It’s been said that dreaming is a form of planning. Although it’s nice to dream about success, that philosophy doesn’t necessarily apply when it comes to something as important as the longevity or profitability of your business. If you’re like most business owners, your business is something you’ve worked hard to start, sustain, and build. If you’re just starting out, developing a business plan and a robust succession plan should be on your list of things to accomplish. However, if you didn’t start off with a business plan, having one while building your business can be just as important. Furthermore, when potential retirement is nearing, it’s a good idea to consider the future and a potential exit strategy.

“Having a solid business plan helps potential investors and financial providers realize your short and long-term goals,” said David Frederick, J.D., LL.M., and the Director of Wealth Planning at First Bank Wealth Management. “It’s a critical tool for enlisting others, like partners and your bank, to join in the cause for your business to succeed.”

Frederick continued to explain that a business succession plan allows business owners to face unexpected circumstances with confidence and certainty. “For instance, a closely-held business may rely on a key shareholder or a key employee for its operations. A life insurance policy on the life of the key figure and benefiting the business—known as a keyman insurance policy—is a common element of a business succession plan,” he said, “and may help the business survive if a key figure dies unexpectedly.”

What Are Other Key Benefits of a Solid Business and Succession Plan?

Taxation Strategies.

“A business plan may help lower taxes,” said Frederick. “When a business owner is ready to retire and either sell the business or pass it on to the next generation, the government is often waiting in the wings to tax the transaction. With effective planning, the business owner may be able to exit the business and pay far less, in some cases nothing, in taxes.”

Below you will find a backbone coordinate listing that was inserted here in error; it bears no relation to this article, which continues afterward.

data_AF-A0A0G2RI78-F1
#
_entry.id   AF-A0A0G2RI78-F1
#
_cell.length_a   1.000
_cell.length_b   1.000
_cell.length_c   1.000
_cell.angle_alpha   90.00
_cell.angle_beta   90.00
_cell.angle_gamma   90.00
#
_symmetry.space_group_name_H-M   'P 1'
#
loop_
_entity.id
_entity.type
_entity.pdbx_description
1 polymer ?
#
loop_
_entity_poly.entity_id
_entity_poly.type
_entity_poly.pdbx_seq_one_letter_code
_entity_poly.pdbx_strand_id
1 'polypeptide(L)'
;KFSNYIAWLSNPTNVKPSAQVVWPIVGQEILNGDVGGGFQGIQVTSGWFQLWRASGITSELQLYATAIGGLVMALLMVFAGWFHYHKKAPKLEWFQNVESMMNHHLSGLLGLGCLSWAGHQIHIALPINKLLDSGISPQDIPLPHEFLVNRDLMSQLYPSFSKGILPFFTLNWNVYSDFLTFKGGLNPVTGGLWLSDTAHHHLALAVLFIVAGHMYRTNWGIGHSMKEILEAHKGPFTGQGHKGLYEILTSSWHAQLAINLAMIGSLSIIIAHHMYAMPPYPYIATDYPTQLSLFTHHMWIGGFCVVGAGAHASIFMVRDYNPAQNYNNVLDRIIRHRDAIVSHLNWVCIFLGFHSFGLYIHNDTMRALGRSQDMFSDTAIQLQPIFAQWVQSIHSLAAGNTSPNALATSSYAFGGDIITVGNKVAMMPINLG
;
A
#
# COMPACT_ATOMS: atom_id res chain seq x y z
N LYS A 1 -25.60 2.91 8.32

According to a 2016 Family Business Survey, nearly half of family business owners, or 43 percent, have no succession plan in place. Frederick added, “I always advise my clients to have a solid succession plan in place approximately five to seven years prior to their intended retirement age.”

For structures and strategies to transfer economic benefit and control of a family business to the next generation while reducing potential taxation, read: Structures and Strategies: Family Business Succession Planning.

Partnership Resolutions.

Business partners may come into conflict when determining the future of the business.

What happens when one partner wants to go left and the other partner wants to go right? “With an effective business plan,” explained Frederick, “disputes between partners can be resolved with set structures and mediating measures written into the plan itself. Without a business plan, it may be a judge who resolves the dispute.”

Business owners choose their partners carefully. “But if one of the business partners faces an unexpected circumstance, such as bankruptcy, divorce, or death,” he said, “the business owner may find himself in business with his old partner’s creditors, ex-spouse, or heirs.” An effective business plan helps keep control of the business even when unexpected circumstances may take part of it away.

One of the keys to a successful business is solidifying the right partnerships but it is also about having the right documents in place. Read Don’t Want to End Up in Business with a Total Stranger? Have the Right Documents in Place.

Why Choose a Business Plan?

As a partner to family businesses and other closely-held businesses, First Bank wants to see these businesses succeed. An effective business plan helps businesses face the unexpected, minimize tax, maintain control, and generally paves the way for success. “At First Bank, we make every effort to support our partners in business,” said Frederick, “including helping them plan for the future.”

Regardless of where you’re at in the lifecycle of your business, planning ahead with a solid business plan and succession plan for the future is always advisable. Let the trusted advisors at First Bank and First Bank Wealth Management help prepare you for what’s next.

David Frederick, J.D., LL.M. is the Director of Wealth Planning at First Bank Wealth Management and Adjunct Professor of Economics at Washington University. David may be reached at 314-995-8764 or via email at